Author(s): Molina JM, Cox SL
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Abstract Emtricitabine is a once-daily nucleoside reverse transcriptase inhibitor (NRTI) that selectively and potently inhibits human immunodeficiency virus type 1 (HIV-1) replication. Emtricitabine is used in combination with other antiviral agents for the treatment of HIV-1 and is currently under investigation for the treatment of hepatitis B virus (HBV) infection. Like other NRTIs, emtricitabine is activated to a triphosphate derivative, which mediates the antiviral effect. Emtricitabine triphosphate is incorporated into a primer DNA strand resulting in chain termination and blockade of DNA- or RNA-directed DNA synthesis. One key benefit of emtricitabine over other NRTIs is its favorable pharmacokinetic profile that permits once-daily dosing; it has a long mean plasma elimination half-life of 8-10 hours, and the intracellular half-life of emtricitabine triphosphate is 39 hours after multiple doses of 200 mg daily. In adult patients infected with HIV-1, emtricitabine has a convenient and simple dosing schedule of one 200-mg capsule once daily, and is as effective as lamivudine 150 mg twice daily and more effective than stavudine twice daily at suppressing plasma HIV-1 RNA when administered as part of a triple-drug regimen. Also, triple therapy including emtricitabine is as effective as a protease inhibitor- based regimen in maintaining durable suppression of plasma HIV-1 RNA levels in adults. Early clinical results show that triple therapy including emtricitabine is also effective in decreasing or maintaining durable suppression of HIV-1 RNA levels in children and adolescents with HIV-1 infection. It is also effective against HBV in patients co-infected with HIV-1 and in patients monoinfected with HBV. In clinical practice, emtricitabine is generally very well tolerated, with most adverse events being mild to moderate in severity. The now available combination of emtricitabine with tenofovir in the same pill makes it a very attractive backbone combination to use in conjunction with other antiretroviral drugs.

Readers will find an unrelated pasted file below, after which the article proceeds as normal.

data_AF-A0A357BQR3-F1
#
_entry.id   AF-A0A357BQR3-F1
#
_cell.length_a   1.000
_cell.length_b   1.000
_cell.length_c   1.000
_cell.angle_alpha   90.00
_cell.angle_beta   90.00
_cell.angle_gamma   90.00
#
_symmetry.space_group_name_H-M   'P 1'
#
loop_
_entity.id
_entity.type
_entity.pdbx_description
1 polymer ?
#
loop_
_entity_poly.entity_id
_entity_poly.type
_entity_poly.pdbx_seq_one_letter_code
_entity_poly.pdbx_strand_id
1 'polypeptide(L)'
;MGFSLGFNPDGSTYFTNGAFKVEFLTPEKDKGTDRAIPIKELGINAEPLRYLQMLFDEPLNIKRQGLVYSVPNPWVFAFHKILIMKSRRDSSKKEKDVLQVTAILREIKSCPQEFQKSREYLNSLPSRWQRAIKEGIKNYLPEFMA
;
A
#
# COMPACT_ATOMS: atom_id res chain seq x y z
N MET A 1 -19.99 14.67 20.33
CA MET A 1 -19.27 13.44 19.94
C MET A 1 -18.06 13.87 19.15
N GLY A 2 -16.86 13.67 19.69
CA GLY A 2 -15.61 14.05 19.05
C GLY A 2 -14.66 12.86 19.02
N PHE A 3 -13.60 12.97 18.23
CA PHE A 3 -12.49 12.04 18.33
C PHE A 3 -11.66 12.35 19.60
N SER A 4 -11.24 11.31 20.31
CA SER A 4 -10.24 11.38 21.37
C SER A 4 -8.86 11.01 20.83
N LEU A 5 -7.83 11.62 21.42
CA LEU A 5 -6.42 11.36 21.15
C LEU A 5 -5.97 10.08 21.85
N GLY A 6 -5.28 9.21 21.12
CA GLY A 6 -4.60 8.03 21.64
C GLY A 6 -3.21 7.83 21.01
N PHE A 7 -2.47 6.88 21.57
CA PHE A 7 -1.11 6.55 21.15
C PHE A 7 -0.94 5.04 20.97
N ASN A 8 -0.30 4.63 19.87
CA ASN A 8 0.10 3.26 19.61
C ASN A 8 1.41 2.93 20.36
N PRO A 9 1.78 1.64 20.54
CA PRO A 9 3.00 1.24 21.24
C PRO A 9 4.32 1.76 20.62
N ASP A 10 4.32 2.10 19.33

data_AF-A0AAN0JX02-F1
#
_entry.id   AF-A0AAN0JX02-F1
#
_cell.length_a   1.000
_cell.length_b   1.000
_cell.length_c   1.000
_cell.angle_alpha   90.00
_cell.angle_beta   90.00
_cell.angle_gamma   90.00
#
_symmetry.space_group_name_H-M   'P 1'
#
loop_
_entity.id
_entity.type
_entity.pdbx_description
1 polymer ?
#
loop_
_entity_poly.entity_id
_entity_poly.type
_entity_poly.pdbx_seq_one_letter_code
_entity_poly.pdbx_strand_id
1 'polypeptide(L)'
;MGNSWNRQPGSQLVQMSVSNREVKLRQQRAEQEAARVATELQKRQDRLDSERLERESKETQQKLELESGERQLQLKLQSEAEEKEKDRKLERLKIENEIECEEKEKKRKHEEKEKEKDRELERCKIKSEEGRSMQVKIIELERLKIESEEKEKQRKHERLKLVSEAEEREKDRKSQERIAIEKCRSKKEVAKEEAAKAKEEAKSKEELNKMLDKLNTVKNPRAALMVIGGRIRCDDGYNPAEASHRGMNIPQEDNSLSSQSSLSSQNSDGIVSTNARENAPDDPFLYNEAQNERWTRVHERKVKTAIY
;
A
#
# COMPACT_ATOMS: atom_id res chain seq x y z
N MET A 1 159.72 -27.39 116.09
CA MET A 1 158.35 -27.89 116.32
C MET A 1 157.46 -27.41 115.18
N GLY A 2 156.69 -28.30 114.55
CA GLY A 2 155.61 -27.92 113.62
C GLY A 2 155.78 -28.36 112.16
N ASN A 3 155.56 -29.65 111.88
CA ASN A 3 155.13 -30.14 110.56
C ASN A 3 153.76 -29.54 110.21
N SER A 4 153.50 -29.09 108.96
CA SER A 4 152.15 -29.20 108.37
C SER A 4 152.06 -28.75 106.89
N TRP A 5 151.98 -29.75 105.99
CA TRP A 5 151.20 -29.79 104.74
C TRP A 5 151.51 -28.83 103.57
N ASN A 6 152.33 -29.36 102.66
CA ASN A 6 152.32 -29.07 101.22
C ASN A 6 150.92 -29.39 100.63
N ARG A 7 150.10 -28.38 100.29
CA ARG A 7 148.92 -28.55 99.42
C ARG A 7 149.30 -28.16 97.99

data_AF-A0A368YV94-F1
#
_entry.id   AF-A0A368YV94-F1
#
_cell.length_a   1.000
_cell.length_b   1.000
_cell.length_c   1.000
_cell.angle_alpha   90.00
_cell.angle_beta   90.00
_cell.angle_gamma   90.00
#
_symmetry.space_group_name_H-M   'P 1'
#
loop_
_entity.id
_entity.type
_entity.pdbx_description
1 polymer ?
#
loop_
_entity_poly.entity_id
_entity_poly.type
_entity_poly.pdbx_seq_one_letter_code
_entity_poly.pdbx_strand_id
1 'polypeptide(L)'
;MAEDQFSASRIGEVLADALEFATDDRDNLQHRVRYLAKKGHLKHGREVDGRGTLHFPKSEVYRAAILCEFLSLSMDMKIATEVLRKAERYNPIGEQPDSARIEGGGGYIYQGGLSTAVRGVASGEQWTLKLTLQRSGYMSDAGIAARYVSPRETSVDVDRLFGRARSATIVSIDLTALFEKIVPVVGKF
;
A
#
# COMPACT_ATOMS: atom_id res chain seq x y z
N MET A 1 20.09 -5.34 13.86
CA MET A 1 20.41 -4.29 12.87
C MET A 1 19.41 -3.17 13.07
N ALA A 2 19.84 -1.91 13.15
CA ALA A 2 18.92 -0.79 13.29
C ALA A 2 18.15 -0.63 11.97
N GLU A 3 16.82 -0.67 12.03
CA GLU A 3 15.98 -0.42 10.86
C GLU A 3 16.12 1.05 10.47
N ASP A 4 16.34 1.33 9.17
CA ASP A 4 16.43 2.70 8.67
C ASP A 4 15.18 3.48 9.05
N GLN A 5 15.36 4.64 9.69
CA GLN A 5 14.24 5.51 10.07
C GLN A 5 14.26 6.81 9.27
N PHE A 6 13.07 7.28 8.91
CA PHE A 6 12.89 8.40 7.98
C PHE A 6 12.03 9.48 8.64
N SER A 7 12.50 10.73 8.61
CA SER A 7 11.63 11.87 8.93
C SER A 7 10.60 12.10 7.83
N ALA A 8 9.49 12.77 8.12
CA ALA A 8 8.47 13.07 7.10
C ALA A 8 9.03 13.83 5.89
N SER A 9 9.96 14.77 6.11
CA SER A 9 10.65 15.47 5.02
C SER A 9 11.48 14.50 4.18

This article was published in Drugs Today (Barc)
and referenced in Journal of Bioequivalence & Bioavailability